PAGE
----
Ask an Expert: How Do Environmental and Lifestyle Factors Impact Skin Conditions?

This article is part of Health Divide: Skin Conditions and Darker Skin, a destination in our Health Divide series.

photo of Dr. Woolery-Lloyd

Julie Bang / Verywell

Verywell Health: How do environmental and lifestyle factors impact skin conditions?

Dr. Woolery-Lloyd: One of the biggest environmental factors for skin disease is stress. This is especially true for inflammatory skin diseases that have flares, like psoriasis, eczema, rosacea, and even certain types of hair loss. So, although stress doesn't cause any of these skin conditions, stress can make them worse and exacerbate symptoms like itching.

Other factors, like diet, can play a role in skin disease, but it really depends on the specific condition.

For acne, the greatest environmental factors are diet and stress. There’s significant data to show that high-sugar diets, dairy, and whey may influence or exacerbate acne.

There are also many studies that show that stress influences acne. One of the more famous studies looked at pimples in students throughout a college semester and found that acne lesions increased during exam times, like midterms and finals. This association between stress and acne has been repeated in multiple studies.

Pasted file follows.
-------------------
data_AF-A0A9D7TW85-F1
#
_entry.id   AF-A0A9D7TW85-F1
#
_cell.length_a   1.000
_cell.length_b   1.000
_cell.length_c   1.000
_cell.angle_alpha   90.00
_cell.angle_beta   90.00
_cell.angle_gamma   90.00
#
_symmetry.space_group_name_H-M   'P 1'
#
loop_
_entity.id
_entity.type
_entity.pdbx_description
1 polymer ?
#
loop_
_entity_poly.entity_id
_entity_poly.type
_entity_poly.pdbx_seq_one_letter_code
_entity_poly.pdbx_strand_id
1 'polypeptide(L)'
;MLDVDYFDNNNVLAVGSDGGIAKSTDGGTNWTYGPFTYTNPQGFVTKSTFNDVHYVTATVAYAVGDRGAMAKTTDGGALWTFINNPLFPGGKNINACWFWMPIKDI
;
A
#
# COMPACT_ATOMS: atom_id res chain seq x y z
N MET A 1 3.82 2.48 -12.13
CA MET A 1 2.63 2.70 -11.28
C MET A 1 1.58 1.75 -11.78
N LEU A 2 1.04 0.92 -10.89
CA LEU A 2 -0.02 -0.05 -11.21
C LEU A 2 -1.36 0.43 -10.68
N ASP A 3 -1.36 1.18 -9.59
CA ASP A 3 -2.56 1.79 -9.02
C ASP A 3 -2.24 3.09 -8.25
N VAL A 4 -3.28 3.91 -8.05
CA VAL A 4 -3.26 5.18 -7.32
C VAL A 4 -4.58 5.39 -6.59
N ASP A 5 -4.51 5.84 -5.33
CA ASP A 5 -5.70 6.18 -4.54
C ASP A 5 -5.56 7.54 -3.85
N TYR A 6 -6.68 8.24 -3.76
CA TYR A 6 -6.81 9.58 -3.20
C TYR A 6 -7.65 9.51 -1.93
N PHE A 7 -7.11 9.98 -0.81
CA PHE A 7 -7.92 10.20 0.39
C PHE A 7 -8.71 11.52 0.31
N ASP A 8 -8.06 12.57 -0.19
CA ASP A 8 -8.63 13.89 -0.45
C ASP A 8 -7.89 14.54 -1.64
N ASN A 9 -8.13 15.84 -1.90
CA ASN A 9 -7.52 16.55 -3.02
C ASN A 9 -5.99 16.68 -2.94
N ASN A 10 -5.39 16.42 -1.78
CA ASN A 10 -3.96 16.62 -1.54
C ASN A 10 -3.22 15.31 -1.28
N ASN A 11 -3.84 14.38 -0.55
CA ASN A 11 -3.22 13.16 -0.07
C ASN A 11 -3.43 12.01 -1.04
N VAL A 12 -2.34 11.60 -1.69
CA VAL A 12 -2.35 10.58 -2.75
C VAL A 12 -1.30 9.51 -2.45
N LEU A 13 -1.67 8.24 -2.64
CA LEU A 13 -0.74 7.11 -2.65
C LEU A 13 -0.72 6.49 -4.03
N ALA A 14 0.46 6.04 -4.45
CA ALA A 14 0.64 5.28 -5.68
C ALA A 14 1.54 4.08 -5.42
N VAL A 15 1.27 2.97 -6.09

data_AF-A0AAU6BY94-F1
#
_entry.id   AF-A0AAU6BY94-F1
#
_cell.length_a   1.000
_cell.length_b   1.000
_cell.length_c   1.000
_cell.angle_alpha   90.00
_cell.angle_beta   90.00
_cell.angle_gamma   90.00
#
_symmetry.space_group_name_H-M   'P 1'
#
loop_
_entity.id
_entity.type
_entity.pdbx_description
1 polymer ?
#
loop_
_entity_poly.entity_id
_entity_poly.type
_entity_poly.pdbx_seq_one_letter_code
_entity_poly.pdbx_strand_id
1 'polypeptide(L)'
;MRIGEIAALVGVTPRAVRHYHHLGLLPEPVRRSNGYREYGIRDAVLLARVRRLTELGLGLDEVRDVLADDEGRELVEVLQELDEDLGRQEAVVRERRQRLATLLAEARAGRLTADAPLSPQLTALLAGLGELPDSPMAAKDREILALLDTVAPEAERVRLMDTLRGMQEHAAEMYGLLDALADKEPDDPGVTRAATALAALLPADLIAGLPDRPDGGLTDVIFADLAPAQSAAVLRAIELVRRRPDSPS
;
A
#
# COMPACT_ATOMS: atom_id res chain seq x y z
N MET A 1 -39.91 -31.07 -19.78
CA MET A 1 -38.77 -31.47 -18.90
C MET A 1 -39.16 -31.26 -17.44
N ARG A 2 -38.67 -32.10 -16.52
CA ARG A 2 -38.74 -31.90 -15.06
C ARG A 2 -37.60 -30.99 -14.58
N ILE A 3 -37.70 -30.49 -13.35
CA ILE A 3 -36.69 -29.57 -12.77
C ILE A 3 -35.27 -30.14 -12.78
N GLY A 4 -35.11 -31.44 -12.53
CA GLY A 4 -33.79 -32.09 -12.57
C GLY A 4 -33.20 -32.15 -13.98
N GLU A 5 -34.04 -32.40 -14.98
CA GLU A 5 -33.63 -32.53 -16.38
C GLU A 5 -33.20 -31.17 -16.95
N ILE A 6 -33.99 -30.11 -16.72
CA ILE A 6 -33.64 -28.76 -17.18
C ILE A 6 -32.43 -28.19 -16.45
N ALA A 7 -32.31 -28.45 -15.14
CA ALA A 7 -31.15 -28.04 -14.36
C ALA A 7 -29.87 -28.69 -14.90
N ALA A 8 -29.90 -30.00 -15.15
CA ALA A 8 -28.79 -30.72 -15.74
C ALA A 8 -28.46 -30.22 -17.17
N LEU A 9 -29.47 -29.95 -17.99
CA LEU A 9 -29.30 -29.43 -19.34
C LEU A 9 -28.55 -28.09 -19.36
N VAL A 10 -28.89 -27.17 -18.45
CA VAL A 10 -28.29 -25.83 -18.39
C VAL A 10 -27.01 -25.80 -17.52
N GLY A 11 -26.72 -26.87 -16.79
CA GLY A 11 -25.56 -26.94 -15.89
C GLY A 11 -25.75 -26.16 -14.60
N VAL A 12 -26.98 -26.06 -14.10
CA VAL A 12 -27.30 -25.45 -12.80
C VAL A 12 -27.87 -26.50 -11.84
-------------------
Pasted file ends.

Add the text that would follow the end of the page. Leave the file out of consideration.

Eczema also gets worse with stress, particularly the symptom of itching.

For psoriasis, obesity is a risk factor. In terms of caloric intake, some studies have looked at calorie-restricted diets in patients who have psoriasis and found a significant improvement in their disease.

For aging skin, research shows that a diet rich in green leafy vegetables and fish is associated with younger-looking skin. Diets high in vitamin C and linoleic acid are also associated with younger-looking skin. On the other hand, diets high in saturated fat and sugar are associated with older-looking skin.

And, of course, excessive sun exposure can significantly accelerate aging skin.

6 Sources
Verywell Health uses only high-quality sources, including peer-reviewed studies, to support the facts within our articles. Read our editorial process to learn more about how we fact-check and keep our content accurate, reliable, and trustworthy.
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  6. Pullar JM, Carr AC, Vissers MCM. The roles of vitamin C in skin healthNutrients. 2017;9(8):866. doi:10.3390/nu9080866